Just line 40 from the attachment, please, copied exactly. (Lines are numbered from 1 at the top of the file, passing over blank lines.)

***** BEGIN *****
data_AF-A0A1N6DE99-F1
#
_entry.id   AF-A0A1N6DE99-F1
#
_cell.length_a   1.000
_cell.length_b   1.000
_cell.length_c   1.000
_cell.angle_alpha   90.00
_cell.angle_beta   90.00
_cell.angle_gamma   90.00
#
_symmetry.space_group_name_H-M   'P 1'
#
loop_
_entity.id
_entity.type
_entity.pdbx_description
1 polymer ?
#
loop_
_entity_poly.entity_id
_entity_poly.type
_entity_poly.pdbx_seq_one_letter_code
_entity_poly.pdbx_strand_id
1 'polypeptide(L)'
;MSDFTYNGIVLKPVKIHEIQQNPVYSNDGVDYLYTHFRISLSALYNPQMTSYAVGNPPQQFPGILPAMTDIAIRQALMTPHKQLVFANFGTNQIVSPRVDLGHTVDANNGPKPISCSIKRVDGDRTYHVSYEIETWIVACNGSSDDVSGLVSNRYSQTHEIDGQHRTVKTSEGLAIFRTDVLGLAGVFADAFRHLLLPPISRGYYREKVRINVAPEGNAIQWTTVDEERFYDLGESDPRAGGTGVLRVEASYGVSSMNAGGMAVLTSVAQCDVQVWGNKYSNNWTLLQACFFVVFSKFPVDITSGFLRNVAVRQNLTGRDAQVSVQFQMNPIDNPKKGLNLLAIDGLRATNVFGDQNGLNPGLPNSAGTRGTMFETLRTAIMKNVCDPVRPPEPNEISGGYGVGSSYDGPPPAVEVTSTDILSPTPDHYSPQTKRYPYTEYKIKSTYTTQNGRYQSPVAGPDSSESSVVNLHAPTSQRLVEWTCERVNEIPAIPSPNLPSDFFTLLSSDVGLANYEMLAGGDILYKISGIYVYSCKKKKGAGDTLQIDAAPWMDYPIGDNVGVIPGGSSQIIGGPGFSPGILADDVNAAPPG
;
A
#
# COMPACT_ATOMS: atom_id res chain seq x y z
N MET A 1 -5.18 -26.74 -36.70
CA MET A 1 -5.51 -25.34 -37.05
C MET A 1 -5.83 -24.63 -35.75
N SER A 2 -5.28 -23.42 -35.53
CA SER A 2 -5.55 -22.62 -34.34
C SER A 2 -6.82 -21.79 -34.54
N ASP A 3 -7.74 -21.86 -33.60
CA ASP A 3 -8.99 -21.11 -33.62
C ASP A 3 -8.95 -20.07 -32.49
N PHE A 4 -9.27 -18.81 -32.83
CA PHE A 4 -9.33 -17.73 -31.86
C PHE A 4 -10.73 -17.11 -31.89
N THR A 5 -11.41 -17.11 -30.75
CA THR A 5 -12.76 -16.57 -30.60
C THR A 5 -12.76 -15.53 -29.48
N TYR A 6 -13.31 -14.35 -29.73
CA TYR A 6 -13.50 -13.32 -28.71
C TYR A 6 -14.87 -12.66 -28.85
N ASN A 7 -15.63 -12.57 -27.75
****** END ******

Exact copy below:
N PHE A 4 -9.27 -18.81 -32.83